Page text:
Dr. Quinones-Hinojosa has honors including:
- Physician Hero by the Nifty Fifty USA Science and Engineering Festival.
- Cortez de Cadis Prize for Surgery by the Spanish Royal Academy of Medicine and Surgery.
- President Franklin D. Roosevelt Four Freedoms Award.
- The 101 List of the Most Influential Latinos by Latino Leaders Magazine.
- Woodrow Wilson Award
He also was named among Forbes’ “Most Brilliant Minds in the World.” He is an international speaker in his field and holds honorary degrees from numerous academic institutions around the world.
Dr. Quinones-Hinojosa obtained a teaching degree in social sciences and humanities in Mexicali, Mexico. He received his B.A. in psychology and neurosciences from the University of California, Berkeley, and his medical degree from Harvard Medical School. He completed his neurosurgery residency at the University of California, San Francisco, where he also fulfilled a postdoctoral fellowship in developmental and stem cell biology. Today, he continues to mentor junior faculty and trainees in the Department of Neurosurgery, the Department of Neurology, and other surgical and research areas at Mayo Clinic in Florida.
“It’s an honor for me to accept the Florida Investigator of the Year award, but I share this recognition with the entire team of scientists, clinicians and staff in our different departments, as it would not be possible without them,” says Dr. Quinones-Hinojosa. “Our patients who donate tissue make it possible to build a bridge from the operating room to the lab. We give them hope, and they give us courage to keep going, never giving up on finding a cure for humanity.”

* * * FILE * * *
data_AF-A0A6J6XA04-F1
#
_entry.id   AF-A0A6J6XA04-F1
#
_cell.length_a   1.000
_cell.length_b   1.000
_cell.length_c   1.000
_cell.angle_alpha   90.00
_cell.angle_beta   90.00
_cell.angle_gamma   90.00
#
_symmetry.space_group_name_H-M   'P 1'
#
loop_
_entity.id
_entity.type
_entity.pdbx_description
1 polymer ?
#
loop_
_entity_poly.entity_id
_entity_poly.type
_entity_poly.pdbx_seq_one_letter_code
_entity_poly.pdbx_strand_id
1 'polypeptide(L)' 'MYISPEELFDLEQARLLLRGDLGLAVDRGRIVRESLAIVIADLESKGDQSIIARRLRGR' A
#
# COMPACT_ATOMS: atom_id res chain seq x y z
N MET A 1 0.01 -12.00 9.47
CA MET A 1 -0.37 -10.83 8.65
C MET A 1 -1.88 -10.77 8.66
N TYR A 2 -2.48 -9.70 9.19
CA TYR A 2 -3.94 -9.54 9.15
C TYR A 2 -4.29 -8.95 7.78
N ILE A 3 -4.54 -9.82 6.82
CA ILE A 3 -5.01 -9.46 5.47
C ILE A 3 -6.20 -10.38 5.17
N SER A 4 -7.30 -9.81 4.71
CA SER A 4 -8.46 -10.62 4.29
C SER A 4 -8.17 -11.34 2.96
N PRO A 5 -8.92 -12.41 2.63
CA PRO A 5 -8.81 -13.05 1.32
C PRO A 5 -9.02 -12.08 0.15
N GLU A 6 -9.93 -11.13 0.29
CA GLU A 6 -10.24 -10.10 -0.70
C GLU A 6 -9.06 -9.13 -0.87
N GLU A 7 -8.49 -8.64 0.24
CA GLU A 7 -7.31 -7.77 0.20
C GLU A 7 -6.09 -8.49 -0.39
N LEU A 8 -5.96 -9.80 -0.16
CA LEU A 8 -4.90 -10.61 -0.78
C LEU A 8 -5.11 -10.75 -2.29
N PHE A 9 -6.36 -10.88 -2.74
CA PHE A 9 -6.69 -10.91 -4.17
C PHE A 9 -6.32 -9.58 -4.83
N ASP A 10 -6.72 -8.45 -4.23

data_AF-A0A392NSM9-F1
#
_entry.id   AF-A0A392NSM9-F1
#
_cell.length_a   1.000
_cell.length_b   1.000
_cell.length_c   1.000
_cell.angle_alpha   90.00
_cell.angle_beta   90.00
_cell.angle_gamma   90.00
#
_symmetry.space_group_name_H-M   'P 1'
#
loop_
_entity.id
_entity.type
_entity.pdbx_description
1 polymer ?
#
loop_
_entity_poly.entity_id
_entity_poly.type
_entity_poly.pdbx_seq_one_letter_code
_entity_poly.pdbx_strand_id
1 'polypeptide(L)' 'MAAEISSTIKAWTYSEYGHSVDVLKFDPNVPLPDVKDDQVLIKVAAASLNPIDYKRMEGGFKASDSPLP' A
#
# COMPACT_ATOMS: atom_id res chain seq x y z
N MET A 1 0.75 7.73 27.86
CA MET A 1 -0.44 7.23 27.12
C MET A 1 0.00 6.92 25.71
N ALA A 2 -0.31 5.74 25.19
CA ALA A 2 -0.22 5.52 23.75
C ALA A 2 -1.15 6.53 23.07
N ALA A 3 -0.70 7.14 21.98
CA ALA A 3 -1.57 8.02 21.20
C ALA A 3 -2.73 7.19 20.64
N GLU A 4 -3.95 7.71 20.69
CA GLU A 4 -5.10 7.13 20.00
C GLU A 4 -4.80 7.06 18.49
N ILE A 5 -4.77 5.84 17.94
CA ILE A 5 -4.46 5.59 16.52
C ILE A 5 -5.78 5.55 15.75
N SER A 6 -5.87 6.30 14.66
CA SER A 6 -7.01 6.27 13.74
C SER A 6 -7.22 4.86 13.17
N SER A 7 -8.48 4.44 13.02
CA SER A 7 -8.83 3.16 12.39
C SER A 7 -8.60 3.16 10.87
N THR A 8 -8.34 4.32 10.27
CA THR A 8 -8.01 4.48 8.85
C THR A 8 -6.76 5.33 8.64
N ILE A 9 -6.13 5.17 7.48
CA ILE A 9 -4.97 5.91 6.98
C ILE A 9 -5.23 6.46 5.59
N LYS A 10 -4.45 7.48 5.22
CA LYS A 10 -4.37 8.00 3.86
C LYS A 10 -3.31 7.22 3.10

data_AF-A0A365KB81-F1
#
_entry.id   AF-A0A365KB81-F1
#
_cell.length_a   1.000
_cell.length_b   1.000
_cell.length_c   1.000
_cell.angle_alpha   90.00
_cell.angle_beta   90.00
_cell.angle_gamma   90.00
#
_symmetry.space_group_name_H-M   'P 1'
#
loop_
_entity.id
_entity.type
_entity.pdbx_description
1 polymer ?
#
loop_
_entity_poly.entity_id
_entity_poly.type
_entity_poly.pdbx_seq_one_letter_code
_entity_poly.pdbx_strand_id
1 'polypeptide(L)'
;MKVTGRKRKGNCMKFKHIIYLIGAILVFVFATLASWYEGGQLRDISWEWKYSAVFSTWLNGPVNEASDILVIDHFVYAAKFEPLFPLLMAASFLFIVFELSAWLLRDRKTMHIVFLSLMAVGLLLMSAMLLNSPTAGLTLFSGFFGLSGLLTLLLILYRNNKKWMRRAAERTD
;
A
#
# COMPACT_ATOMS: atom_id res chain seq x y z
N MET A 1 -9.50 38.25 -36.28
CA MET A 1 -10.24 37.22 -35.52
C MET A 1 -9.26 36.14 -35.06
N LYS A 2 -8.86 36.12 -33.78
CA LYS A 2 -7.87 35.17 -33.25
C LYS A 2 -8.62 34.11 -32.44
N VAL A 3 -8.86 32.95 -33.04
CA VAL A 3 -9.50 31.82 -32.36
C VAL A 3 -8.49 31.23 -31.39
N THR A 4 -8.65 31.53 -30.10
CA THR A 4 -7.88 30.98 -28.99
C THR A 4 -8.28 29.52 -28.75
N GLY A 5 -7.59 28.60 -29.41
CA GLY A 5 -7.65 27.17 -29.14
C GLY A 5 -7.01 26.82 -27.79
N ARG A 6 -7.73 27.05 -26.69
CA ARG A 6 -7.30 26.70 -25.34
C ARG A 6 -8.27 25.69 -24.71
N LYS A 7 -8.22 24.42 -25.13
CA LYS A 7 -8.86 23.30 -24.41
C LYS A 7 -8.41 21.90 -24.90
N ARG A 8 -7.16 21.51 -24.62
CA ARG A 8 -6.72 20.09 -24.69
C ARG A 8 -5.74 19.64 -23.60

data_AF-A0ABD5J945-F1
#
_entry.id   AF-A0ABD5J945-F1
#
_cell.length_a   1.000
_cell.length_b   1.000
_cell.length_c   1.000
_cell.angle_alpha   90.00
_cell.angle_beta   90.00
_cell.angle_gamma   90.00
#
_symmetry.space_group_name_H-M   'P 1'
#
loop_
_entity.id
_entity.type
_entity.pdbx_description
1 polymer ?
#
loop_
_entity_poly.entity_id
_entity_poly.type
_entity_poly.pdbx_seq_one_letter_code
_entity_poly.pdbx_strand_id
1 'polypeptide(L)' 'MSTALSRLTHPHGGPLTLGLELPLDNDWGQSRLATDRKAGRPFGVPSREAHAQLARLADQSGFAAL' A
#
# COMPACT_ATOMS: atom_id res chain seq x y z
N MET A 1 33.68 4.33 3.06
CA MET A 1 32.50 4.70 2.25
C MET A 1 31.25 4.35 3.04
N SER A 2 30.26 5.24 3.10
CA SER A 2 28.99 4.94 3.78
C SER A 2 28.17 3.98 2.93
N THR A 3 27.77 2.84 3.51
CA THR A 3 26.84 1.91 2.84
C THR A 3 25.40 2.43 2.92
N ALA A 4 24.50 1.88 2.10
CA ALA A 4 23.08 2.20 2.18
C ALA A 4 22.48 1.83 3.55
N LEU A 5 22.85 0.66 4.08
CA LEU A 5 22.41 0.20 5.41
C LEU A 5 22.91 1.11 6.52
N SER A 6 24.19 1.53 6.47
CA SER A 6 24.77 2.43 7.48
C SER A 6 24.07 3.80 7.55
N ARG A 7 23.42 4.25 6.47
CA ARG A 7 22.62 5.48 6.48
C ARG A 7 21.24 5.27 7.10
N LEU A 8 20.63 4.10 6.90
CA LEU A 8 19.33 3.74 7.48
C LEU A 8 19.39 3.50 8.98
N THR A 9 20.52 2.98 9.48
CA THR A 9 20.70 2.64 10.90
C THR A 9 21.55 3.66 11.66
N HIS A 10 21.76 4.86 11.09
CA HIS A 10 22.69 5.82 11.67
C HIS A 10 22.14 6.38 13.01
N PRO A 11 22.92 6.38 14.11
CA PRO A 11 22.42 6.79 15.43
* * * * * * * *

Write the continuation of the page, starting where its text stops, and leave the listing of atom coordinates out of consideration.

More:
Fame has followed Dr. Q on his medical journey. In 2009, he was featured in “Hopkins,” an ABC drama that allowed viewers an up-close and personal look inside the operating room at The Johns Hopkins Hospital, where he worked before joining Mayo Clinic. In 2020, Dr. Quinones-Hinojosa was featured in a documentary series, “The Surgeon’s Cut,” on Netflix, which won an Emmy Award in 2021. He is also the subject of an upcoming movie about his life, to be developed by Plan B Entertainment (Brad Pitt’s production company), based on the book “Becoming Dr. Q.”